Nearly a quarter of American adults reported drinking more at home to cope with their pandemic blues. This week, we take a deep dive into the ancient history of booze, how Americans normalized drinking alone, and how the media shaped the shifting reputation of red wine. Plus, can scientists cook up a synthetic alcohol with all its perks, and none of its dangers? 1. Kate Julian [@katejulian], senior editor at the Atlantic, on America's long and fraught history with solitary drinking. Listen. 2. Iain Gately, author of Drink: A Cultural History of Alcohol, on the ancient origins of our core beliefs about booze. Listen. 3. Robert Taylor, managing editor at Wine Spectator Video, on red wine's constantly changing reputation as a healthy substance. Listen. 4. David Nutt [@ProfDavidNutt], psychologist at Imperial College London, on his alcohol substitute, once called "alcosynth," now rebranded as "alcarelle." Listen. Music: When I Get Low I Get High - Ella Fitzgerald Tomorrow Never Knows - Quartetto D/Archi Dell'Orc

  • Aaron Copland's Sound of America

    07/07/2021 Duração: 25min

    There are many Americas. Nowadays they barely speak to each other. But during the most perilous years of the last century, one young composer went in search of a sound that melded many of the nation's strains into something singular and new. He was a man of the left, though of no political party: gay, but neither closeted nor out; Jewish, but agnostic, unless you count music as a religion. This independence day (or near enough!), we revisit Sara Fishko's 2017 piece on the story of Aaron Copland.  

  • The Road to Insurrection

    02/07/2021 Duração: 49min

    This week marks six months since January 6th, the day a pro-Trump mob stormed the US Capitol. Over 500 rioters have since been arrested, but the legal consequences of what they did are only just beginning to roll in. In this hour, we revisit reporting by OTM's Micah Loewinger surrounding the organizing tactics, media narratives, and evolution of far-right militias.  1. OTM reporter Micah Loewinger [@MicahLoewinger] on the efforts to shape the media narrative among gun rights activists at Virginia's Lobby Day. Listen. 2. OTM reporter Micah Loewinger [@MicahLoewinger] and Militia Watch founder Hampton Stall [@HamptonStall] investigate how a walkie-talkie app called Zello is enabling armed white supremacist groups to gather and recruit. Featuring: Joan Donovan [@BostonJoan] Research Director of the Shorenstein Center at Harvard University, and Megan Squire [@MeganSquire0] Professor of Computer Science at Elon University. Listen. 3. OTM reporter Micah Loewinger [@MicahLoewinger] on Zello's role in the January 6th

  • Is 'The Night They Drove Old Dixie Down' a Neo-Confederate Anthem?

    30/06/2021 Duração: 19min

    It's been noted that Trump’s Big Lie and the violence it produced is reminiscent of the Lost Cause of the Confederacy — a potent narrative of grievance after the Civil War recasting the South’s stand as heroic and patriotic. Undergirded by racism, the Lost Cause apologia would stymie Reconstruction, justify decades of lynching and throughout the South, and prove as impossible to uproot as Kudzu. When it comes to art identified with the Lost Cause of the Confederacy, “The Night They Drove Old Dixie Down” by The Band may be pop culture’s most celebrated, and misunderstood, contribution. Despite its charged subject matter, the song is rock-and-roll canon, listed as one of the best of all time by Time Magazine and Rolling Stone. On paper, its lyrics read as if lifted from the Lost Cause playbook: a nostalgic retelling of the end of the Civil War history seen through the eyes of a downtrodden Southern farmer, laden with grief but not a trace of white supremacy. But the song is not what it seems, or what it seemed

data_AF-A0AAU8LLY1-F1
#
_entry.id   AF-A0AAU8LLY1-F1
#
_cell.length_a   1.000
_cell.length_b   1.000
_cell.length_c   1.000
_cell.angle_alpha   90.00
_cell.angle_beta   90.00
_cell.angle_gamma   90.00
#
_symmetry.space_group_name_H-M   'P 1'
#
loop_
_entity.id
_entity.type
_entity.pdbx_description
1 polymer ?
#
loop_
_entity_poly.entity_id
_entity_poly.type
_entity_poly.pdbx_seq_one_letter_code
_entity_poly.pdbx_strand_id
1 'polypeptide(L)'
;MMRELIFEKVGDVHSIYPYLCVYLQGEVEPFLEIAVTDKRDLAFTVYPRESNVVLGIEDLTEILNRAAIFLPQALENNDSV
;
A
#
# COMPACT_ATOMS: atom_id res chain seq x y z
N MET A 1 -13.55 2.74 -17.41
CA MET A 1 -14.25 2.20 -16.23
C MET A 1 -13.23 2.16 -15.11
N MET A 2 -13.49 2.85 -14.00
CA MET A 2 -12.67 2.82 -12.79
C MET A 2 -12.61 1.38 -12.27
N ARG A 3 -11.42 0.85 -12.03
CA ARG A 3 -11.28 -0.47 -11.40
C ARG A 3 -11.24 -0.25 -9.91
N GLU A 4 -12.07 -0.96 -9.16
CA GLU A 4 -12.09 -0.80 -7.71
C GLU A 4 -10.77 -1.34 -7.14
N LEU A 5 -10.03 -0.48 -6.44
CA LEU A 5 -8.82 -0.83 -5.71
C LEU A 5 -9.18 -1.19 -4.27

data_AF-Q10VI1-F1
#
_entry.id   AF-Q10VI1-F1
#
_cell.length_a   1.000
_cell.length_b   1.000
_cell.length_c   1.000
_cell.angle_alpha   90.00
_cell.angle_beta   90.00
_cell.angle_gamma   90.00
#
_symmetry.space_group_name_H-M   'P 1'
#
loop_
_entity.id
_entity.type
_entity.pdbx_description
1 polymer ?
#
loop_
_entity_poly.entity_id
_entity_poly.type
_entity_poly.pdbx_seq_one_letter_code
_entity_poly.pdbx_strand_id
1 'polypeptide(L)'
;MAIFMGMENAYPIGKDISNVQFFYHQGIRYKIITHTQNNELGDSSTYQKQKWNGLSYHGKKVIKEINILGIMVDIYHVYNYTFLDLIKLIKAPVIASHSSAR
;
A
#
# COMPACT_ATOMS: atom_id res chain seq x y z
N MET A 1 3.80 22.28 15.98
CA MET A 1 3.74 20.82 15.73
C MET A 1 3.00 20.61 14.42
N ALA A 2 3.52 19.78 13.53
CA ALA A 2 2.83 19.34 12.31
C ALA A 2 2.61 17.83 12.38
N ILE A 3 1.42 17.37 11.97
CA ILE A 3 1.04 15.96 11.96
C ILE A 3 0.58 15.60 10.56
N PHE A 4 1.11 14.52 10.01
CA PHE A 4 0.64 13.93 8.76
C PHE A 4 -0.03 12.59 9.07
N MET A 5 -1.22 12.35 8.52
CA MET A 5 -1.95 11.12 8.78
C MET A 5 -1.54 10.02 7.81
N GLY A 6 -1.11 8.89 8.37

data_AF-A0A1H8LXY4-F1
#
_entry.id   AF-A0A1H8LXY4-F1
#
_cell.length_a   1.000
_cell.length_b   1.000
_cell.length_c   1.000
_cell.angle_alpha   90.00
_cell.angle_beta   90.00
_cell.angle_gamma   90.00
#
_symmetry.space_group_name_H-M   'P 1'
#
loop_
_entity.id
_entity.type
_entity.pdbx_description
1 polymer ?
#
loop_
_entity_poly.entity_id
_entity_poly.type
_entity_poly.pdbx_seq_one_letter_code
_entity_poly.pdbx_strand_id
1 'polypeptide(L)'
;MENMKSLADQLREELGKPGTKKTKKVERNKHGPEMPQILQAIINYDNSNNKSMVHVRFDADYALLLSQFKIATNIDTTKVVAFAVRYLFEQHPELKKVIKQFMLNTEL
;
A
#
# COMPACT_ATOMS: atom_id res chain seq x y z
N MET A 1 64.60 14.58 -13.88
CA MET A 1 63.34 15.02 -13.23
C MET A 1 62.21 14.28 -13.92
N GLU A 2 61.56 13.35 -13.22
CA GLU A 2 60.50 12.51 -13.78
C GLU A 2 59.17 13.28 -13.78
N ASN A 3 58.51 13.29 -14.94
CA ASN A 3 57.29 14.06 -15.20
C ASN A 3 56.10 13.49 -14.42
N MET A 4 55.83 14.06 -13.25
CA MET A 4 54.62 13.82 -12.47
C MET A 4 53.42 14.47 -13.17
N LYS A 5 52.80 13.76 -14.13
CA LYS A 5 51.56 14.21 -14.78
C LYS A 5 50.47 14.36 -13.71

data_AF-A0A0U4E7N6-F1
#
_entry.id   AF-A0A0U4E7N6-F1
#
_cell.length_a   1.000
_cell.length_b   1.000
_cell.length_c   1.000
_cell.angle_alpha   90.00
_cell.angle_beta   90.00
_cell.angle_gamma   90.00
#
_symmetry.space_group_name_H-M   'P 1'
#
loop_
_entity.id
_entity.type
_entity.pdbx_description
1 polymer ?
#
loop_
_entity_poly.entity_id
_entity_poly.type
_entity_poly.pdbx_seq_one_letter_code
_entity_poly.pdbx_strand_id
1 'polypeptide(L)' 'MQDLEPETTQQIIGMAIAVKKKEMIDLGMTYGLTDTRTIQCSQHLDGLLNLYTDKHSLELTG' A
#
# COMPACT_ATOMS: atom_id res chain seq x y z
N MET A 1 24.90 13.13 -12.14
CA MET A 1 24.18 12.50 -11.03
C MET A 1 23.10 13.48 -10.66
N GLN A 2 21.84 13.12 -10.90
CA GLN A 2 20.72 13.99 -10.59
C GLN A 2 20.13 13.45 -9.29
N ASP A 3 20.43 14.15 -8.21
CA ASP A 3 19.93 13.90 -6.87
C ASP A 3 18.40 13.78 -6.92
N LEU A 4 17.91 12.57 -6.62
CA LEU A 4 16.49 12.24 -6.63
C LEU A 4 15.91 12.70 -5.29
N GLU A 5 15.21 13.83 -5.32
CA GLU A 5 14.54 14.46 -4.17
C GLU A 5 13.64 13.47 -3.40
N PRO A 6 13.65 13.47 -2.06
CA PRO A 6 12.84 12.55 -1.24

• "We Are Putting Out A Damn Paper"

    25/06/2021 Duração: 50min

    June 28th marks the anniversary of a mass shooting that took place inside a newsroom in Annapolis, Maryland, killing five journalists. On this week's On the Media, an intimate portrait of the staff of the Capital Gazette in the immediate aftermath of the death of their colleagues — and then over the next several years as they contend with a corporate takeover, buyouts, and the loss of their newsroom. Reported by Chris Benderev of NPR's Embedded. Part 1: The Attack. Listen. Part 2: The Aftermath. Listen. Part 3: The Layoffs. Listen. Music in this week's show: Time Is Late — Marcos Ciscar feat. Joakim Johansson We Insist — Zoë Keating

  • A New Model for Local Journalism?

    23/06/2021 Duração: 15min

    In the 1800s, New Bedford, Massachusetts was the world’s “center of whaling.” More than half of the world’s whaling ships in the 1840s came from New Bedford. The small city was so emblematic of a New England whaling town that it served as the setting for Herman Melville’s novel Moby Dick. According to the New York Times, it was then the richest city per capita on the continent.  Now, more than a fifth of its approximately 95,000 citizens live in poverty.  But this exceptional historic town is representative of a phenomenon happening in small towns across the United States. It’s local daily newspaper, The Standard-Times, has been bought by Gannett, a hedge fund-backed news conglomerate and stripped down to barebones. It’s become what’s known as a “ghost newspaper," called such for its trimmed down staff and scant original reporting. The mayor of New Bedford was quoted in the New York Times saying: “It used to be that I couldn’t sneeze without having to explain myself. Now, I have to beg people to show up at my